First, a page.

|By Denis Osowski, Babcock & Wilcox Power Generation Group|
Sometimes power industry professionals get lucky when a solution developed for one complex challenge provides coincidental benefit for an unforeseen issue that arises in the future.
Such is the case with a process originally developed to reduce acid gas formation when operating a selective catalytic reduction system (SCR) during turndown on coal-fired boilers which led to an unplanned (but very welcome, in today’s regulatory climate!) improvement in heat rate, and a corresponding reduction in greenhouse gas emissions.
When SCRs were introduced in the early 2000’s, it was recognized that the equipment’s minimum operating temperature posed a limitation on unit turndown. Turndown limits were reached when boiler load was reduced and economizer exit gas fell below the minimum SCR inlet temperature. In many cases this limitation was so severe that units could essentially only run at full load.
Back when coal units were base loaded, this was not a serious restraint. But as the economics of the power market changed, units without turndown capability became liabilities. Multiple solutions were implemented to address this, including economizer gas bypasses, economizer water bypasses, variable temperature economizers and even duct burners. All these devices were intended to maximize economizer exit temperature at low loads and return some of that valuable turndown back.
But with the rollout of U.S. EPA’s MATS rules, limiting acid gas emissions became the hot topic of the day – and all that hot gas going to the SCR was found to unwittingly enable the production of acid gas through the conversion of SO2 to SO3. To some, the solution for acid gas control was to add a dry sorbent injection system and reduce SO2 entering the SCR. But for some plant operators, relying on DSI would create an undesirable increase in operating cost. It was clear that not only was low temperature at low loads an issue for SCR operation, but high temperature at high loads needed to be controlled as well. It’s decidedly cheaper for an operator to control the conditions that cause the acid gas production in the first place, rather than spend money on reagent for acid gas control.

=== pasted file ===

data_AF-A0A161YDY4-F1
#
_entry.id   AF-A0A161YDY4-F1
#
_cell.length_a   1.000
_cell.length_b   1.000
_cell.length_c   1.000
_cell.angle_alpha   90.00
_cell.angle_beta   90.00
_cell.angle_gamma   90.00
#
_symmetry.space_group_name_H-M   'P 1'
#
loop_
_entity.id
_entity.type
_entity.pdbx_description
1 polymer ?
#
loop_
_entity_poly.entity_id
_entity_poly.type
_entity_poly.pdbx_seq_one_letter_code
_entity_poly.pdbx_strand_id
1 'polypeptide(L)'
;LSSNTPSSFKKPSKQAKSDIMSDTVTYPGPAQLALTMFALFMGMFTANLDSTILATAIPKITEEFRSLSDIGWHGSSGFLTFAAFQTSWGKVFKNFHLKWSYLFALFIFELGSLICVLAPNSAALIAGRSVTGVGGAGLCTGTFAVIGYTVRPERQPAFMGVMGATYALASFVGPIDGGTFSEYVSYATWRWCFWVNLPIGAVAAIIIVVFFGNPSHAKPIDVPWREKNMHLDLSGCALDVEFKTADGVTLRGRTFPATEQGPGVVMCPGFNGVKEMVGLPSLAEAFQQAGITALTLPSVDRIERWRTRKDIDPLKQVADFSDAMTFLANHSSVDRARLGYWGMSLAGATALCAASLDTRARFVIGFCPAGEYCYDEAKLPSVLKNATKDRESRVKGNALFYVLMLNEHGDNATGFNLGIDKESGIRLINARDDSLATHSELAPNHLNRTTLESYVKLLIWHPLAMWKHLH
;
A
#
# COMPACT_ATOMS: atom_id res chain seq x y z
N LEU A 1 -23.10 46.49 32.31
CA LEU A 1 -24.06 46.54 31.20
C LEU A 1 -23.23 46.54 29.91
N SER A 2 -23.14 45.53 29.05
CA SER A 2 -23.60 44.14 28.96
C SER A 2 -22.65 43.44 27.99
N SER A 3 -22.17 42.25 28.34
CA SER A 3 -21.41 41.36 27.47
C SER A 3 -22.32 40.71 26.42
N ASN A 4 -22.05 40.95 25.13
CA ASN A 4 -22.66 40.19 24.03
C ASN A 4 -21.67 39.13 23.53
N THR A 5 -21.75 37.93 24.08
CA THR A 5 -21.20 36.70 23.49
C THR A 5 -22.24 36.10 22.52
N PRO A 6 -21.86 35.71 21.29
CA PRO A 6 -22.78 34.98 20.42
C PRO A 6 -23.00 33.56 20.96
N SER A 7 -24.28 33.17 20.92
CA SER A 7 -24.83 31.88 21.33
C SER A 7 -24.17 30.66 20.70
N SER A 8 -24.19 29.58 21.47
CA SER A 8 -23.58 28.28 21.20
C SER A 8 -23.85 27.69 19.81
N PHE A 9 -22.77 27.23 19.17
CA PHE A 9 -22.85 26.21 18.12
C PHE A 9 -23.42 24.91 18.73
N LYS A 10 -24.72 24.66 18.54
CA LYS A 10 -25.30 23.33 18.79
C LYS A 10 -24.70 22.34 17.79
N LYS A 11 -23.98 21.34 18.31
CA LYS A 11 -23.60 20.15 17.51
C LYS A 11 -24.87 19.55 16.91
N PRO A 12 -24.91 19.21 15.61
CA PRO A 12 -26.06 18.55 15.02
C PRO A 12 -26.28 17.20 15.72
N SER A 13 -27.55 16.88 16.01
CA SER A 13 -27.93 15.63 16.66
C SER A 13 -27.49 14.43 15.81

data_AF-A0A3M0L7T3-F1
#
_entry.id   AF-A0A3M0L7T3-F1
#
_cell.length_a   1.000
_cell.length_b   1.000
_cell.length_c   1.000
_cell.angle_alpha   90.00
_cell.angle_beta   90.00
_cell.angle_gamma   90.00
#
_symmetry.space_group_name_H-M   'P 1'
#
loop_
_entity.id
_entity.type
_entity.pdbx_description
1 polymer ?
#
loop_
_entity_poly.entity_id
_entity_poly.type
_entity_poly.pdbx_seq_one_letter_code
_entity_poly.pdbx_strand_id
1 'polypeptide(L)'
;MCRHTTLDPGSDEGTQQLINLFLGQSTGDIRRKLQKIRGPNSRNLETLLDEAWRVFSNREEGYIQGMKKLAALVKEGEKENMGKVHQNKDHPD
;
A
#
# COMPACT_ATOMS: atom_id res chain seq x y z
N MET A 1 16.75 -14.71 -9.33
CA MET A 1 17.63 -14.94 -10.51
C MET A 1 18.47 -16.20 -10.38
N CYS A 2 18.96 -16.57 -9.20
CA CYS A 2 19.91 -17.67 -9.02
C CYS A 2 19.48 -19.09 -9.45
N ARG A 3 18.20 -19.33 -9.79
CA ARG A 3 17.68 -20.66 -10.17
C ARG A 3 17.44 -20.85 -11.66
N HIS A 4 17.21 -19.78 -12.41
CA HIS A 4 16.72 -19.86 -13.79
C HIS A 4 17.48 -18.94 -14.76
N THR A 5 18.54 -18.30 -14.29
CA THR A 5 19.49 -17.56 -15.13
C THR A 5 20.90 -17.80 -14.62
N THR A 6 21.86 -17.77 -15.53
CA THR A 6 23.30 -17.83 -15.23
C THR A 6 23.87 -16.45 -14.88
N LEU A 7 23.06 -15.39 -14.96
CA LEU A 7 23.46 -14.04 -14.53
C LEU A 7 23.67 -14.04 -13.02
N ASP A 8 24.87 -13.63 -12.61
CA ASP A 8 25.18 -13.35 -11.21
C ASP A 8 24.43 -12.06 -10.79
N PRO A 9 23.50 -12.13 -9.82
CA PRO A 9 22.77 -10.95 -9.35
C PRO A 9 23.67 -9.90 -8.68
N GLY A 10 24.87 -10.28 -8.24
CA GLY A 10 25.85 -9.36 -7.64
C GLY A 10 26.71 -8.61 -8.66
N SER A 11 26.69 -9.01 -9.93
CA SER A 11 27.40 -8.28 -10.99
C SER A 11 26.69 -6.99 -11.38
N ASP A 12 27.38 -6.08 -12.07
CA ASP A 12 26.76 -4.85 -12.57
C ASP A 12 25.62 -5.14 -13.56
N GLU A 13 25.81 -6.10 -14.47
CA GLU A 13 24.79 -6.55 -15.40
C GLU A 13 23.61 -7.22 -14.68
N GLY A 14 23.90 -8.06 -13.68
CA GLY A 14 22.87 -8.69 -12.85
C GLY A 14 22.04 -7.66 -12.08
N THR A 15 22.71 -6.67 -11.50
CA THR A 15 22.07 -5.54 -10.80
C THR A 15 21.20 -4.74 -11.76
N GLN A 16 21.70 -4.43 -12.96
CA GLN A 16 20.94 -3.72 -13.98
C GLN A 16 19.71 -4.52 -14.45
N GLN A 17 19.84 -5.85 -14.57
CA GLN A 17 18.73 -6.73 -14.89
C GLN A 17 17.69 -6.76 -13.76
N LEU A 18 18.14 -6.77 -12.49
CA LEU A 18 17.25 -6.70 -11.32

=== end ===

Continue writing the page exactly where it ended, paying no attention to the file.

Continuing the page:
The solution to economizer exit gas temperature control was an over-surfaced economizer with water bypass or water flow bias control. The same systems used to modify the amount of water fed to the economizer to maintain higher temperature at low load can be used in conjunction with an over-surfaced economizer to control economizer exit gas temperature nearly to a setpoint from full load down to about 50 percent load. This number could be a little lower or a little higher, depending on the boiler design.
The additional economizer surface installed to knock down full load temperature has been successfully added to existing economizer spaces by redesigning the surface geometry, adding fins or extended surface, moving equipment (i.e., sootblowers) to make room for additional surface, or even adding a new standalone horizontal economizer in the downstream flue work. Through the application of flow biasing within a specially designed economizer or water bypassing of an entire economizer – or both used together – operators can gain great flexibility to control exit gas temperature to maximize SCR performance, while minimizing SO2 to SO3 conversion and dry sorbent reagent cost.
Then came a pleasant surprise. Since adding surface to an economizer also provides a significant improvement in heat rate by capturing additional energy in the final heat trap of the boiler, we find we have to combust less fuel for the same load, thus producing less CO2. This heat rate improvement offers a significant head start toward a compliance strategy w for the currently contemplated EPA CO2 rules for existing sources and, in this case, the heat rate improvement “building block” in the EPA’s plan.
Depending on the existing full load economizer exit gas temperature, the extra heat absorbed by the additional economizer surface can provide for an improvement in full load heat rate of up to 1%, meaning less fuel burned, and an associated reduction in CO2 emissions. Such a reduction in CO2 emissions represents a significant piece of the 6-percent heat rate improvement target that the proposed existing source CO2 rule describes as one of the four primary building blocks to achieving the Agency’s greenhouse gas reduction targets.
In a world where emissions control technologies are seen as ‘parasitic’, this tool for acid gas control contributes to a healthier bottom line today and a possible aid to regulatory compliance tomorrow.
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